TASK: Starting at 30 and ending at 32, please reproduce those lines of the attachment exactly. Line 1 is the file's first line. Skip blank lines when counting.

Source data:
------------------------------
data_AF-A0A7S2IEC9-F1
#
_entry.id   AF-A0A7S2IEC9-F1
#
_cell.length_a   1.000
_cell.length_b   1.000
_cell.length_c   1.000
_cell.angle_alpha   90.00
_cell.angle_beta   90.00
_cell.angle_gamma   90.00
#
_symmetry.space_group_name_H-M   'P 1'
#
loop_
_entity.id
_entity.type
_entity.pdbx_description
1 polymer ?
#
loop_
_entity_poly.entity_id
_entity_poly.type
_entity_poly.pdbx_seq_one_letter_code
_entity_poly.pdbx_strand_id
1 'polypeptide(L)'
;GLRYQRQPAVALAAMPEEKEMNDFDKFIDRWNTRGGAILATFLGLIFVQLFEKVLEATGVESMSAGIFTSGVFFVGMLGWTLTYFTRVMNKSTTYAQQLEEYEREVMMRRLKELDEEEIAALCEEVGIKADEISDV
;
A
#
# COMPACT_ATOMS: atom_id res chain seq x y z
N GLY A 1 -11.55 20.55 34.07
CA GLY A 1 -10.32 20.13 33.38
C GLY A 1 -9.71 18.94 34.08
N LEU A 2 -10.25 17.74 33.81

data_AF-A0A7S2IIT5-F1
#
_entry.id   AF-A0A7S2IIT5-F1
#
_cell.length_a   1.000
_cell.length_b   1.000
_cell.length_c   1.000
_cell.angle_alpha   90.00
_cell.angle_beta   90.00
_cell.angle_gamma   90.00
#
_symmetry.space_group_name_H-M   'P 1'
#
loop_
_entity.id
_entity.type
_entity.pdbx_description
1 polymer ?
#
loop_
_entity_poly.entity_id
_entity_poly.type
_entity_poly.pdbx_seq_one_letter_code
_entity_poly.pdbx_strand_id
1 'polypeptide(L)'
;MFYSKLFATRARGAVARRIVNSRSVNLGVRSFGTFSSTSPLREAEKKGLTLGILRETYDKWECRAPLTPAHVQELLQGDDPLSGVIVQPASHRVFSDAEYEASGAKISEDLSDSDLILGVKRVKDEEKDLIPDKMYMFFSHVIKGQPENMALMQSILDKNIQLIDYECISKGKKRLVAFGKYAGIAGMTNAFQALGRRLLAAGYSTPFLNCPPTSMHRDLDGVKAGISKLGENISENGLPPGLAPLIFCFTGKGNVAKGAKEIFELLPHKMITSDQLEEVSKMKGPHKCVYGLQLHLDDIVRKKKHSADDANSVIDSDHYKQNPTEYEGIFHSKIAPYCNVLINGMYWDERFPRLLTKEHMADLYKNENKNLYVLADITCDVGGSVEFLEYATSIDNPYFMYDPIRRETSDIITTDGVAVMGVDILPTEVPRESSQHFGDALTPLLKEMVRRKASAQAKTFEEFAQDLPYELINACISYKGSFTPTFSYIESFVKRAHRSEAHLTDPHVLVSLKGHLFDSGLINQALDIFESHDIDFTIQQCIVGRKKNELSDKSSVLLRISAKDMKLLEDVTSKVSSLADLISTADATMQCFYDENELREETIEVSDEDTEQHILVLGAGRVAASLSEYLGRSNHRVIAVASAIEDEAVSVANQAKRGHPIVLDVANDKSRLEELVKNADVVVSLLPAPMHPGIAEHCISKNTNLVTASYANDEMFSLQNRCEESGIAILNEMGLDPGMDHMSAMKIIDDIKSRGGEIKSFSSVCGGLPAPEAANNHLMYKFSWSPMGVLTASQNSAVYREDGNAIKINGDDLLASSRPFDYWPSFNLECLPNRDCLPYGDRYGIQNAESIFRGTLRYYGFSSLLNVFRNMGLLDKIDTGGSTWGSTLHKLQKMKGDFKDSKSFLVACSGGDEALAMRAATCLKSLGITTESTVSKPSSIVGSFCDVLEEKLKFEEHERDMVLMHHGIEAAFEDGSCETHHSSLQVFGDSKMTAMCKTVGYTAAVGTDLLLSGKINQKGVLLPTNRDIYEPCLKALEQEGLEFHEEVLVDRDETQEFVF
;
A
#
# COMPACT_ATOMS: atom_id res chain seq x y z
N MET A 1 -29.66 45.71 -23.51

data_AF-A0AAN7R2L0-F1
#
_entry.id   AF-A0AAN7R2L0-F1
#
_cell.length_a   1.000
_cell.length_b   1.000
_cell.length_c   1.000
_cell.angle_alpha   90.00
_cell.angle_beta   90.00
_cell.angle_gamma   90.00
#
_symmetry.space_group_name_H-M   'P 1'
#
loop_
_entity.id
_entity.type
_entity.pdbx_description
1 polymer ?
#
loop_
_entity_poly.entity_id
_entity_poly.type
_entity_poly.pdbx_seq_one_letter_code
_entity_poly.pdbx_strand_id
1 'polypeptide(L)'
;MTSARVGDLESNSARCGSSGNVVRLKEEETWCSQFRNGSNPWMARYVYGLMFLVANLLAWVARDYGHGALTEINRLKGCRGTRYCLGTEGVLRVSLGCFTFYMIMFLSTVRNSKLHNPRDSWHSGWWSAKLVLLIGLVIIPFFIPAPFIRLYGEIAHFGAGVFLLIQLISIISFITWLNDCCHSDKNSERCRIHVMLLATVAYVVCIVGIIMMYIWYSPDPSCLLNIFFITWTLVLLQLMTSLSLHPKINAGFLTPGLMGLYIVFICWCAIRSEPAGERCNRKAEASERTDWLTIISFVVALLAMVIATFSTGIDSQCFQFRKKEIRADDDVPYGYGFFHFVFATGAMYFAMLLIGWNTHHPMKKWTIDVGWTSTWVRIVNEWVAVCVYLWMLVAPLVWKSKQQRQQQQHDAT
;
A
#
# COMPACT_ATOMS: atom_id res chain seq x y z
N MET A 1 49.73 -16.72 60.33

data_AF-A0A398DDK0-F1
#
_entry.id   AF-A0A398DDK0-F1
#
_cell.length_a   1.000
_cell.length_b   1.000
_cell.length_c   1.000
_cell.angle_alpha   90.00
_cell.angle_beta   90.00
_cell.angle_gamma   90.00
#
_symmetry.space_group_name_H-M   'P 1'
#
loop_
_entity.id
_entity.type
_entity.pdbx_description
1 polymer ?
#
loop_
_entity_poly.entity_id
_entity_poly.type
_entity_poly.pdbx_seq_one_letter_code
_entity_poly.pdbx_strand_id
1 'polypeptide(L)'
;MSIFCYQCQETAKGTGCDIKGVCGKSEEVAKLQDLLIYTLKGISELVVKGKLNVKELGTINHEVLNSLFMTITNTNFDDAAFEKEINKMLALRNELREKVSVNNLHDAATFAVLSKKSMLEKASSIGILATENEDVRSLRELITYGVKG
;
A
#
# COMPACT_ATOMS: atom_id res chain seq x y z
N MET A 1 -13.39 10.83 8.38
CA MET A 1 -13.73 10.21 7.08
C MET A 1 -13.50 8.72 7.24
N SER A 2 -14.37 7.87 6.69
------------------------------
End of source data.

# COMPACT_ATOMS: atom_id res chain seq x y z
N GLY A 1 -11.55 20.55 34.07
CA GLY A 1 -10.32 20.13 33.38